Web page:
QUESTION 03: What did they hope to achieve with this attack on Bombay?

ANSWER 03: There are three main objectives for the sort of violent attacks that are usually called “terrorist” attacks: a) to draw attention to, redress, and seek revenge for injustices suffered by Muslims; b) to incite radical or potentially radical Muslims to join their ranks, or to act independently; and c) to force national governments – particularly democracies – to reveal what the Jihadists perceive to be their true, repressive, undemocratic nature, by responding to the attacks with repressive measures, and making aggressive actions against neighbouring countries.

QUESTION 04: What makes them think this will work?

ANSWER 04: Throughout history, radicalised groups have used violent acts to achieve their aims. And the fact is, sometimes, in the short term, they actually do achieve some of their aims. The attacks against Arab civilians made by the Irgun and the Lehi in Palestine, prior to the establishment of the State of Israel, for example, were accurately described in the press of the time as terrorism, but the fact on the ground is that those attacks succeeded in driving Arabs from their homes. Nelson Mandela’s activities in the African National Congress were described by many governments as terrorism, but the attacks played a part in removing the Apartheid regime in South Africa. The repressive, undemocratic measures introduced by the Bush2 regime in the United States of America in response to the 911 attacks, as another example, were exactly the kind of actions that the Jihadists were trying to provoke. The invasion of Iraq, similarly, was exactly the kind of reaction that the Jihadists wanted. If you study publications and programs being circulated publicly in countries with large Muslim majorities, you find a multitude of voices that acknowledge the 911 attacks as both revenge for injustices suffered by Muslims, and also a significant expression of Muslim power – which then tends to radicalise a small percentage of young Muslims.

This is an extremely important point for the people of nations that suffer Jihadist attacks to understand. Many times, individuals and even nations – through their elected representatives – argue that Jihadists will not achieve their aims through these acts of violence. But this response comes from a failure to understand the Jihadists. The fact is, if one of their 3 main objectives is to avenge the injustices done to Muslims around the world, then they don’t expect to survive their attacks, and they don’t make claims or demands. The violence is an end in itself, because the violence done is an act of revenge. If we don’t acknowledge this, and respond to it rationally, we can never stop the mindset that inspires such attacks.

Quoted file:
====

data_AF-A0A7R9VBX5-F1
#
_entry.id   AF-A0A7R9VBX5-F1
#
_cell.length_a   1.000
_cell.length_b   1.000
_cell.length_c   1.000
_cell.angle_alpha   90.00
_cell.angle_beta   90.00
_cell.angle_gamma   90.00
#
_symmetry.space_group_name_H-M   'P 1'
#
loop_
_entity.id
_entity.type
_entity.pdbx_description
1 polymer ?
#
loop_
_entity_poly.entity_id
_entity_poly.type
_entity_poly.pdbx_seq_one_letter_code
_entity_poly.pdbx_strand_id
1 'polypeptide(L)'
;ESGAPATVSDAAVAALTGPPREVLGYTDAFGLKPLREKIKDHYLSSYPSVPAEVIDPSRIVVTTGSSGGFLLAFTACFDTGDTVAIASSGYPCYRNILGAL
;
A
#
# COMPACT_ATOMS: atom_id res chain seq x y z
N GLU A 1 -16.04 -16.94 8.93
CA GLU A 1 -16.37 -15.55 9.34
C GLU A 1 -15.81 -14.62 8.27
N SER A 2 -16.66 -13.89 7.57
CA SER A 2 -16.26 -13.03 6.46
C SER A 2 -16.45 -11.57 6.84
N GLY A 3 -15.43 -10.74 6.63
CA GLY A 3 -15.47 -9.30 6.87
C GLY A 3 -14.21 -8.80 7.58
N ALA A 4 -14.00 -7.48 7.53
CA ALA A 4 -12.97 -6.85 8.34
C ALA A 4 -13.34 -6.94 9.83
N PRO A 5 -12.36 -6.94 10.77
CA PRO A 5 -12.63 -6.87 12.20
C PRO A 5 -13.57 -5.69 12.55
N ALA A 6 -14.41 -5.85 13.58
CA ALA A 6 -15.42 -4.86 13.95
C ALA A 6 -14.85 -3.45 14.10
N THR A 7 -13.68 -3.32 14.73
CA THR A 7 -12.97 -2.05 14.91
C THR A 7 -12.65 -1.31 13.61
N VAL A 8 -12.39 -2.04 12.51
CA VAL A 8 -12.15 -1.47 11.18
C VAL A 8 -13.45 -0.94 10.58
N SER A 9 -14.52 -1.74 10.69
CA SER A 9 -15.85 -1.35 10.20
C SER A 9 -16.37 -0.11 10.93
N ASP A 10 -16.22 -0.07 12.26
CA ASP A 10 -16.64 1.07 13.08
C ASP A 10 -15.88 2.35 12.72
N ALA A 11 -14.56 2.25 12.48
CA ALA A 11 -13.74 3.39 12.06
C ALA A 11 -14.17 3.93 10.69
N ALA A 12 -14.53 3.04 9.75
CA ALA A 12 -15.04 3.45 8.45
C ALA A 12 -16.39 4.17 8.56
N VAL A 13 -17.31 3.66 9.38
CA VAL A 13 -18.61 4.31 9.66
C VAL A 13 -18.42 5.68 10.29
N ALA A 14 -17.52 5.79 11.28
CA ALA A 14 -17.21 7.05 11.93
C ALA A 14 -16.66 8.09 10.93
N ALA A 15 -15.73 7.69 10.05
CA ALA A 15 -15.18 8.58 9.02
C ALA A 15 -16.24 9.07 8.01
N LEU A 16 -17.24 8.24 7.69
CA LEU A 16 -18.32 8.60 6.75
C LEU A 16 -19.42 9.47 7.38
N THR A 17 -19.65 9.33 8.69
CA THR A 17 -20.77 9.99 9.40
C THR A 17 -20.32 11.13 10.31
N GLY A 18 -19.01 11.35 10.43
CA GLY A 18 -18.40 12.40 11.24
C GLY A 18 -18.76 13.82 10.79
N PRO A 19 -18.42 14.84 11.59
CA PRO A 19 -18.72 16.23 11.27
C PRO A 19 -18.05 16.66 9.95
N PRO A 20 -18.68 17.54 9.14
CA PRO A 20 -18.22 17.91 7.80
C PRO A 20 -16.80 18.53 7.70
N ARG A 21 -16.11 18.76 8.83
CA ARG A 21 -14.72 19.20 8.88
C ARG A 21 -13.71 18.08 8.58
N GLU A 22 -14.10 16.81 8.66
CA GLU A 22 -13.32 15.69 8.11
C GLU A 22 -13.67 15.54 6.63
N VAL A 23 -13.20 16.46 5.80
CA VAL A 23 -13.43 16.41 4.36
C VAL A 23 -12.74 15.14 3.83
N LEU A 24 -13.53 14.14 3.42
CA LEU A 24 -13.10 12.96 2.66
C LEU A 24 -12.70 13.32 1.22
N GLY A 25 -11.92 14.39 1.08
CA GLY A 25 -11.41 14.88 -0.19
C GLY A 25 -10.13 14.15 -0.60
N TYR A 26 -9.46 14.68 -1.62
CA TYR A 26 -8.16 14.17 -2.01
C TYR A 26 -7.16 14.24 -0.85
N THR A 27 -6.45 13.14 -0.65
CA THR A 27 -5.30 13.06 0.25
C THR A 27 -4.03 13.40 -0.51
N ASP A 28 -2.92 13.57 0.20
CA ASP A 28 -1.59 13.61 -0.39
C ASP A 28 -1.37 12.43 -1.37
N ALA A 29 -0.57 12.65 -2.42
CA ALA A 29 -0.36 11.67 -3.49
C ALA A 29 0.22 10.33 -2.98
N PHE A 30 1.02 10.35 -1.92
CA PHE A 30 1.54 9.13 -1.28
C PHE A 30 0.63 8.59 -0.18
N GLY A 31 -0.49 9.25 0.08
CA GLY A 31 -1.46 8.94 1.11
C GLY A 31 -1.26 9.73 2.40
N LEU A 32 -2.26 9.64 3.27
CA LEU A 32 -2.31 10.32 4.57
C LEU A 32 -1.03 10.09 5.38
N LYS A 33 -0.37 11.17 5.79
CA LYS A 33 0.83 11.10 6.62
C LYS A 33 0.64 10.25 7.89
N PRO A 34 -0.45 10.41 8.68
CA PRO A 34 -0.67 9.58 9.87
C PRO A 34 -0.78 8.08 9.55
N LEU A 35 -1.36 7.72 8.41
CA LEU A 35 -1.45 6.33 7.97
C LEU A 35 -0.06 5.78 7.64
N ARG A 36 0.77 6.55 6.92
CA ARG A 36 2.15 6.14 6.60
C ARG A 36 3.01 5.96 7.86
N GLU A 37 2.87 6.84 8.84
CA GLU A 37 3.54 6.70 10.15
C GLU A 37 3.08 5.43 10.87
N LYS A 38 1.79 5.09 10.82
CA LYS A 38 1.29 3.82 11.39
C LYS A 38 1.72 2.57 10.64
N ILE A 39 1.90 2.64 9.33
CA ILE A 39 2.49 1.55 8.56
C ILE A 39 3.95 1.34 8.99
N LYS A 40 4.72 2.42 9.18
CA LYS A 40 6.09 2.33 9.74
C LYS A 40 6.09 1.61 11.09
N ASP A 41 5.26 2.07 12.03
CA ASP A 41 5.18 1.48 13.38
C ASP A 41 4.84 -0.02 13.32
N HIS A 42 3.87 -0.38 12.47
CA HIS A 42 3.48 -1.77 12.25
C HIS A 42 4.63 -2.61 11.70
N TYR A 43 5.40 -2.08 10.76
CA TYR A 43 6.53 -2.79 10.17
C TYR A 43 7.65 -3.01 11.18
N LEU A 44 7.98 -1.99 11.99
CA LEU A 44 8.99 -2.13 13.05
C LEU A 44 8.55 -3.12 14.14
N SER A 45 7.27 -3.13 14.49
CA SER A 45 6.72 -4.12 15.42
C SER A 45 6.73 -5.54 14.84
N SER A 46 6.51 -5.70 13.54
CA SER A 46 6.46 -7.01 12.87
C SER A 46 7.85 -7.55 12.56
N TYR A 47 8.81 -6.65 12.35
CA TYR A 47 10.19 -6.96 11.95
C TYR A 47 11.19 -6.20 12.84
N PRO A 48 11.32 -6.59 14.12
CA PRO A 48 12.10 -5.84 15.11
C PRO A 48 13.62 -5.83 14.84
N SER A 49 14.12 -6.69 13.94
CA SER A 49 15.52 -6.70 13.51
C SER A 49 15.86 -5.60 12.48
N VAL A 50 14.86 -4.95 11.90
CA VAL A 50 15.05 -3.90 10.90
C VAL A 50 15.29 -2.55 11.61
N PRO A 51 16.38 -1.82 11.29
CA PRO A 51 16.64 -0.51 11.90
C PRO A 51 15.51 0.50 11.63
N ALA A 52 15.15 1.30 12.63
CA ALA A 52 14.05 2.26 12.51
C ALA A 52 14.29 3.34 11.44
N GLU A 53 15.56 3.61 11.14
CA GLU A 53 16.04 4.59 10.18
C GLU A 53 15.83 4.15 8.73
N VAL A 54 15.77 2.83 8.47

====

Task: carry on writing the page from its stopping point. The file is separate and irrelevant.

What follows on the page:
Furthermore, if we don’t acknowledge the fact that sometimes, against the best wishes of people of good will, the terror attacks actually provoke the results intended by those who use terror, we’ll never develop a comprehensive, rational, and effective response that eventually stops the attacks. We have to acknowledge that sometimes terror works, because we allow it to work, through our responses. If we are consistent in our responses, and never reward terror with the results that those who use terror want, then we will, in the long run, reduce terror attacks.

QUESTION 05: Are we in a hopeless situation? Will this go on forever?

ANSWER 05: No. The power held by Jihadists – and all other violent radicals – is very small, up to now. It seems significant and powerful, because people die and suffer, because systems close down temporarily, and because it takes up a lot of time on the television and on the front pages of the world’s newspapers, but it’s really quite small: they have the power to kill some people, hurt a lot more people, and damage property, but they don’t have the power to change our political systems or our way of life. Only WE have the power to do that. And if we resist the provocation, hold fast to our collective belief in the power and inherent virtue of freedom, defend our constitutional and mandated rights, and insist that the perpetrators of such violent criminal acts be tried in open, fair and just courts of law – with the rights of all charged persons applying equally and inviolably to everyone, even to them – the violent radicals can never win. You can’t kill an idea with a bullet. You can only kill an idea with a better idea. And violence resulting in murder is not a better idea than peaceful, constructive dialogue. That’s why peaceful, constructive dialogue will win over violence in the long run.

QUESTION 06: These attacks on Bombay were well organized and well planned. Where did these people get their training?